Cost Per Check-in: Has Foursquare Initiated A New Ad Model?
We know about ad deals based on impressions and we are familiar with banner ads and pop-ups. Google Adsense opened us up to cost per click-throughs. But as social networking moves from the desktop to mobile devices are we ready to engage in a brand new business model ☞ Cost Per Check-in? And will local establishments and brands be willing to pay for it?
As social networks services like Twitter search for ways to monetize, Foursquare, the location-based social network has been successful in expanding on the buzz it started in 2009 - namely check-ins. Check-ins are the game-like component of Foursquare that incents users to check-in to local establishments like restaurants and bars to gain points on a leader board and earn "mayoral" bragging rights. Becoming a mayor basically means you are the "top dog" patron - the user with the most visitations.
The ramifications of this model is a virtual gold-mine in the making. Hotels have been actively involved with loyalty programs since the early 1980s, and restaurants have followed suit over the years. However, while we are familiar with accumulating 'frequent diner' collateral from a number of restaurants in the past, it was a cumbersome chore to keep track of all of them. The onus fell on the users and their bulging wallets or purses to organize and store all the loyalty cards, only to lose them or forget them at home when you needed them. However with mobile devices and smartphones, we now have the technology that can monitors all such programs and transactions with the ease of a couple of clicks.
As a result of the geolocation feature built-in to the Foursquare model and the ability of our smartphones' GPS systems to tag our where-abouts, restaurants and bars have the opportunity to promote their facilities at little to no cost. Why? Because to date, Foursquare has not charged any of these establishments for the service.
Similar to its forebearer Twitter, Foursquare knows they have to scale their user base to a critical mass level before they can show value to a restaurant (or a brand) and begin to charge for their service. Today, its been announced they have reached the milestone of 300,000. This according to a Sparxoo study by Ethan Lyon puts them at the 'Early Adopter' stage, the juncture just before they jump to the their 'Early Majority' phase of their life cycle.
According to the study, Foursquare's initial followers were 'Innovators' or what some have called the 'tragically hip urban hipsters.' Three years ago, Twitter attracted a similar demographic before its 'Early Adopters' moved to its 'Early Majority' stage.
However where Twitter falls short in approaching this market themselves, it's just slightly behind the curve in offering the right kind of geolocation component. This left the door wide open for Foursquare to strike deals with franchised brands like Tasti D-Lite and their "young, hip Pecan Preline Crunchy customers," as Ethan Lyon describes them. In my previous blog, titled, "Tasti D-Lite Loyalty Program Needs Geolocation To Sell Product," I detailed how Twitter did not address tweets that needed to target followers based on location. For instance, when a Twitter user tweets out a deal he has just received from this dessert company, it will be sent to one's entire following, instead of a distinct grouping within one's geographic radius.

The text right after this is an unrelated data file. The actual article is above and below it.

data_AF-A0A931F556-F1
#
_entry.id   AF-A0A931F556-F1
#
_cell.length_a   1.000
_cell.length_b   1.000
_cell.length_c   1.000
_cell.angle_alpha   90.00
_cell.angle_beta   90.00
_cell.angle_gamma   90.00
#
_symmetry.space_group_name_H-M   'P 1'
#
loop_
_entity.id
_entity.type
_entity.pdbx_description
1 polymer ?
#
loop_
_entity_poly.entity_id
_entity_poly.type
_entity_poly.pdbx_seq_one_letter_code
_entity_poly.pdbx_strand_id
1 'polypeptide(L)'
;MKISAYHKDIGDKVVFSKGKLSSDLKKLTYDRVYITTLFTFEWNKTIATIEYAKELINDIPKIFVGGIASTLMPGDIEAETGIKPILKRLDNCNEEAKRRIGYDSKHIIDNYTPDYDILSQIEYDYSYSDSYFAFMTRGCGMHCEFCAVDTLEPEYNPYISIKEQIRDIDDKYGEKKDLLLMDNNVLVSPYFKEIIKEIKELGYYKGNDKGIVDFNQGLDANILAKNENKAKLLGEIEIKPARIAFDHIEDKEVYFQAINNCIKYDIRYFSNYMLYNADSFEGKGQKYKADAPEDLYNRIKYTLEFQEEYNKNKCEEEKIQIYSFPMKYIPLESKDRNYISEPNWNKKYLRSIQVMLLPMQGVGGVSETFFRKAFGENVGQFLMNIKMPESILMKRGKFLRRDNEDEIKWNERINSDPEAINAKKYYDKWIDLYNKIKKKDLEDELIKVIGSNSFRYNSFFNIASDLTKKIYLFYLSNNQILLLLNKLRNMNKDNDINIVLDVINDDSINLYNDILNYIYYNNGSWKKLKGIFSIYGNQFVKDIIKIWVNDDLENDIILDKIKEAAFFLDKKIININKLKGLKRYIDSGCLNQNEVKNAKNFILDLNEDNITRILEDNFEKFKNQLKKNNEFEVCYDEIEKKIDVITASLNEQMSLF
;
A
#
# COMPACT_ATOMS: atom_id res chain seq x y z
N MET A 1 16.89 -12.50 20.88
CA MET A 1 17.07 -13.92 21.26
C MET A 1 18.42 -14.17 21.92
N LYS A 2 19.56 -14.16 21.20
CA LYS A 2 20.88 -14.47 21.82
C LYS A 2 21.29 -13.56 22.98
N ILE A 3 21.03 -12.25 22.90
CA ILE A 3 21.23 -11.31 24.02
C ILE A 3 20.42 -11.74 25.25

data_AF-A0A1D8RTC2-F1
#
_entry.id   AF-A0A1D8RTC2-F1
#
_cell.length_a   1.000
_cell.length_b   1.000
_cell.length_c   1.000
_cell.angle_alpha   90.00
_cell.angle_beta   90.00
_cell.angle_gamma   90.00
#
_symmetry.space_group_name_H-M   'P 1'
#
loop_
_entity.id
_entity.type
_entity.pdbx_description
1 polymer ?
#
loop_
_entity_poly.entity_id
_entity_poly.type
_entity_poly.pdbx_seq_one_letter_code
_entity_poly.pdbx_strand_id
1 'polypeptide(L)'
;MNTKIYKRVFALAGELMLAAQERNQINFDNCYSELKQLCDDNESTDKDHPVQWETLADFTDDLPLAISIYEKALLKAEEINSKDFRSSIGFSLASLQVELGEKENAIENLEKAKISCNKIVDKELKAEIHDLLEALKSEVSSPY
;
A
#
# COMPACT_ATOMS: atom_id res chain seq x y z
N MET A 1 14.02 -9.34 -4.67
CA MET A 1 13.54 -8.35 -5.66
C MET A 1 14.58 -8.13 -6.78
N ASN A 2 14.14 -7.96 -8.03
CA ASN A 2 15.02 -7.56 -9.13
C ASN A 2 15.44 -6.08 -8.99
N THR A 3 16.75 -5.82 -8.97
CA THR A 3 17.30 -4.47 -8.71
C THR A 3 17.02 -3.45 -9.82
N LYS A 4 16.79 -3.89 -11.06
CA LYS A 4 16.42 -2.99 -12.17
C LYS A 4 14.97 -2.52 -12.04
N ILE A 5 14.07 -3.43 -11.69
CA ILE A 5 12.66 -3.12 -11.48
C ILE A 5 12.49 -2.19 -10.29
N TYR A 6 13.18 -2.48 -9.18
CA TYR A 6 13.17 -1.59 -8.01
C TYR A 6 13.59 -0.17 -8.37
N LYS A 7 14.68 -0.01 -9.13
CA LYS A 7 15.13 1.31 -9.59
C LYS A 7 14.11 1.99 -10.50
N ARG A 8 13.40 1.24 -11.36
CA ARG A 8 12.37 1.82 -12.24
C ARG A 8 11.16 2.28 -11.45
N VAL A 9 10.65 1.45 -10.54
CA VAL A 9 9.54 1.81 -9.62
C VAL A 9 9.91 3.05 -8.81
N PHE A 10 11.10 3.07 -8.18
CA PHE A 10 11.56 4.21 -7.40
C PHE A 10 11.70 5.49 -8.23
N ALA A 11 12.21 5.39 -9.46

On the flip side, when this same communication is sent out to one's followers on Foursquare, it can be limited to a 3-4 block territory. This allows those users and their Foursquare followers to benefit from a special deal or coupon offering within a short walking distance.
To this end, according to an Ad Age report, Foursquare is planning its first-time 'paid' services for three tiers of businesses: small, privately owned stores and restaurants, brands with retail chains, such as Tasti D-Lite and at its highest level - huge, multinational marketers such as Pepsi.
This is where 'Cost Per Check-In' might play a role. While checking into a Tasti D-Lite shop today, a user might be awarded a coupon from the Tennessee-based chain. This is the service Foursquare calls "Specials Nearby." However, it doesn't take a rocket science to think about the possibilities if Foursquare were to charge for each check-in, or number of check-ins after a certain quota is reached. The analytics are already built into the system, and it is certainly showing Tasti D-Lite that it can drive traffic.
So why haven't they done so?
The fine line that Foursquare treads at this point in time is to determine whether it can consistently grow - whether that growth will be moderate or exponential - but more importantly, if it can maintain its 'cool' appeal. According to David Berkowitz, director emerging media at digital agency 360i, "The X-factor appeal of Foursquare is in its social currency." As long as that appeal can sustain the long-haul, I think monetization is right around the corner. And I also think that a greater collaboration deal with Twitter is imminent. A joint deal between these two social networking entities make a lot of sense and would synergistically provide the users of both camps, more bang for the buck, then if they were to choose to compete with one another.
As I've stated previously, 2010 is the year of "geolocation." And geo-tagging is what is going to finally capture that illusive dollar revenue that Twitter and Foursquare have not been able to capture for themselves, - but instead have provided for its partners. By mid-year, I see a paradigm shift when they harness the "hand that feeds" and start taking a piece of that pie (or Pecan Praline) for themselves.
'Cost Per Check-in' could be the first step in that lucrative direction!